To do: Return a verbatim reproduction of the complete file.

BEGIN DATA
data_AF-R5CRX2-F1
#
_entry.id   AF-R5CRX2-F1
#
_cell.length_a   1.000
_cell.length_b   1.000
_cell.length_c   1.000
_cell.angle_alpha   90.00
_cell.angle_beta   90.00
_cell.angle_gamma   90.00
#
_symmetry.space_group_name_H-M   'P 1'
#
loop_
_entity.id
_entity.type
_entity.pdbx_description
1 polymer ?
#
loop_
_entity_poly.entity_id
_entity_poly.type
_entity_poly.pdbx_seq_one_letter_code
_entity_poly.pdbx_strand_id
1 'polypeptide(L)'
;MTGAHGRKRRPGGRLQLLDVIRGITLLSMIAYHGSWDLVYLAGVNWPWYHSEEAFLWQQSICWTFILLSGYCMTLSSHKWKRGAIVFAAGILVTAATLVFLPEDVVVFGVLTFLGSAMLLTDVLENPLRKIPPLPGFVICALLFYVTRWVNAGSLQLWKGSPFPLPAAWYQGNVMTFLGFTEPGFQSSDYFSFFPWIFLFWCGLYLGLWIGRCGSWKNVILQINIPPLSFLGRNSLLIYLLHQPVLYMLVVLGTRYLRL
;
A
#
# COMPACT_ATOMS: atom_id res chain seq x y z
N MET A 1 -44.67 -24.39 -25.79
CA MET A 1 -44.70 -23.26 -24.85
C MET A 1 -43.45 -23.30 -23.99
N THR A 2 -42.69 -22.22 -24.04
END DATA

data_AF-R5CRX2-F1
#
_entry.id   AF-R5CRX2-F1
#
_cell.length_a   1.000
_cell.length_b   1.000
_cell.length_c   1.000
_cell.angle_alpha   90.00
_cell.angle_beta   90.00
_cell.angle_gamma   90.00
#
_symmetry.space_group_name_H-M   'P 1'
#
loop_
_entity.id
_entity.type
_entity.pdbx_description
1 polymer ?
#
loop_
_entity_poly.entity_id
_entity_poly.type
_entity_poly.pdbx_seq_one_letter_code
_entity_poly.pdbx_strand_id
1 'polypeptide(L)'
;MTGAHGRKRRPGGRLQLLDVIRGITLLSMIAYHGSWDLVYLAGVNWPWYHSEEAFLWQQSICWTFILLSGYCMTLSSHKWKRGAIVFAAGILVTAATLVFLPEDVVVFGVLTFLGSAMLLTDVLENPLRKIPPLPGFVICALLFYVTRWVNAGSLQLWKGSPFPLPAAWYQGNVMTFLGFTEPGFQSSDYFSFFPWIFLFWCGLYLGLWIGRCGSWKNVILQINIPPLSFLGRNSLLIYLLHQPVLYMLVVLGTRYLRL
;
A
#
# COMPACT_ATOMS: atom_id res chain seq x y z
N MET A 1 -44.67 -24.39 -25.79
CA MET A 1 -44.70 -23.26 -24.85
C MET A 1 -43.45 -23.30 -23.99
N THR A 2 -42.69 -22.22 -24.04